Have you been affected by the U.S. government shutdown? Are you experiencing financial difficulties? If this is your case, then read through the various solutions to manage through this difficult time.
Should you consider accessing funds from your 401(k) plan during a financial emergency through a loan or hardship withdrawal to help solve an immediate need, be aware of consequences that can affect your long-term financial security. Let’s look at a few:
Many plans permit loans that you repay through payroll deductions as long as you remain employed. You’re borrowing your own money. Normally the term of a 401(k) loan is five years unless the money is used for the purchase of a primary residence, then some plans will allow borrowing for a 25 year term.
Advantages and disadvantages of borrowing from your 401(k) account.
The plus side:
The negative side:
The IRS allows withdrawals from the 401(k) for certain financial emergencies. However, it’s up to your employer to determine the specific criteria for a hardship withdrawal. These circumstances are:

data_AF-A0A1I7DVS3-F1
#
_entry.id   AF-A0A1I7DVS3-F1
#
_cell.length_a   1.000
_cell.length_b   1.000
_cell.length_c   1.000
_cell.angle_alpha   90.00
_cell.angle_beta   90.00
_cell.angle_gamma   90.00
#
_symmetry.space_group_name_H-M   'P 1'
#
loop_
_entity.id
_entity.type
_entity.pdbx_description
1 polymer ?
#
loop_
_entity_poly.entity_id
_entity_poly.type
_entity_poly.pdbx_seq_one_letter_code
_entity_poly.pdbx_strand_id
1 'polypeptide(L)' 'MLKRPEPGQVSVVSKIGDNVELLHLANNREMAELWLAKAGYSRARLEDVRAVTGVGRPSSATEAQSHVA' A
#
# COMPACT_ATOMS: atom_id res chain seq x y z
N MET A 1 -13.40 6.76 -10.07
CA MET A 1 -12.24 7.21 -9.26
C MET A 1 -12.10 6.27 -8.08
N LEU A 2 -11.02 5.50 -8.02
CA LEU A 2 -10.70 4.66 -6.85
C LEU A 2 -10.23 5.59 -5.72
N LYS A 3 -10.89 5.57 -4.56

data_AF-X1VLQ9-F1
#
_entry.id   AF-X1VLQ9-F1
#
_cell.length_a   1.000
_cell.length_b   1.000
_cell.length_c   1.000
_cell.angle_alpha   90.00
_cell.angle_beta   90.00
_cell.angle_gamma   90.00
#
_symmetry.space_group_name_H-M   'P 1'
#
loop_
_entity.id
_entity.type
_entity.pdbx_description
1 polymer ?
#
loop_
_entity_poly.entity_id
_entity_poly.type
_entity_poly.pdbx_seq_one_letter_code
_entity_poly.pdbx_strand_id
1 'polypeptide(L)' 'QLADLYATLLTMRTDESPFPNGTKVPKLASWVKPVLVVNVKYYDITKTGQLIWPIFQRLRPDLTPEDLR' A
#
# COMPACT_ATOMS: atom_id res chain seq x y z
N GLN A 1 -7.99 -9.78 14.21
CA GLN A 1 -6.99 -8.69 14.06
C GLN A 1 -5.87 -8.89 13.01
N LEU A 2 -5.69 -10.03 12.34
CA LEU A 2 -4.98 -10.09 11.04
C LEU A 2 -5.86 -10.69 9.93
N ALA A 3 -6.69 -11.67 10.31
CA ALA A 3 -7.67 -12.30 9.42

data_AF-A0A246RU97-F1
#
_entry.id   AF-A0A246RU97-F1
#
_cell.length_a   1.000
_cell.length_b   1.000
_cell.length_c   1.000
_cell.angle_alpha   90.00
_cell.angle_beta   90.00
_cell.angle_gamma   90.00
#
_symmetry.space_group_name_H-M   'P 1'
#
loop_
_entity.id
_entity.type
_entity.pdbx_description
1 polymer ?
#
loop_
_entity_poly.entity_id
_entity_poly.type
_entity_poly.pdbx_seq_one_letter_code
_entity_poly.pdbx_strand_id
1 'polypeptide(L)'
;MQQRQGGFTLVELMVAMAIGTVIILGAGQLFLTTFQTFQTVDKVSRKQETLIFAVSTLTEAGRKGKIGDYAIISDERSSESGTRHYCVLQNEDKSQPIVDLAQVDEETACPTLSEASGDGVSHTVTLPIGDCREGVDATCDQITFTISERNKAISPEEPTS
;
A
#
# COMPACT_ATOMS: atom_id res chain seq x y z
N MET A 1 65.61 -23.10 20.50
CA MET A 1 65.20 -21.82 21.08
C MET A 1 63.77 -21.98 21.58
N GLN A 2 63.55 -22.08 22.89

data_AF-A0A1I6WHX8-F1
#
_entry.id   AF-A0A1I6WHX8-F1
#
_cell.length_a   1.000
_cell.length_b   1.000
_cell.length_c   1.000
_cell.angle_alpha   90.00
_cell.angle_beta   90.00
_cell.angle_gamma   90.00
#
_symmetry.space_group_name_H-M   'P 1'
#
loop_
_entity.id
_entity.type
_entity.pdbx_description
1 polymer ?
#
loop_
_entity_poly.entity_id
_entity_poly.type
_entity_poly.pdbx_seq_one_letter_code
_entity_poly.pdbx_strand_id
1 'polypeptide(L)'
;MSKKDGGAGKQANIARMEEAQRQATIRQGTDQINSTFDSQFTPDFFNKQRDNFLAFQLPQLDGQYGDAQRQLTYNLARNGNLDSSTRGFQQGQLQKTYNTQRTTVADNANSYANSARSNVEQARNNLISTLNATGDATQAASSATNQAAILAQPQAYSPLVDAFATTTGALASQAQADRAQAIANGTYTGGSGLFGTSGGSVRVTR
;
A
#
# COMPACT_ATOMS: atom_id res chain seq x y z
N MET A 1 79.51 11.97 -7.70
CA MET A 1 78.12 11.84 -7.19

You should consider a withdrawal from your 401(k) as a last resort!
Companies often prohibit contributions for at least six months after taking a withdrawal and those hardship distributions permanently reduce your account balance. Please remember that taxes are due on the amount you withdraw and will incur the 10 percent penalty if you’re under age 59 1/2. Additionally your plan administrator may follow up after the withdrawal to verify that the funds were used for the purpose indicated on your application.
Finally, you cannot be forced to use your 401(k) money to pay state and local income taxes, property taxes or other taxes, however, a court may order you to withdraw money from your 401(k) to pay child support, alimony and federal income taxes owed.
State and federal laws differ, so seek legal advice to determine which will apply.
Denise Garrett is a financial counselor at the LDCENY and has more than 25 years experience in financial counseling and retail banking.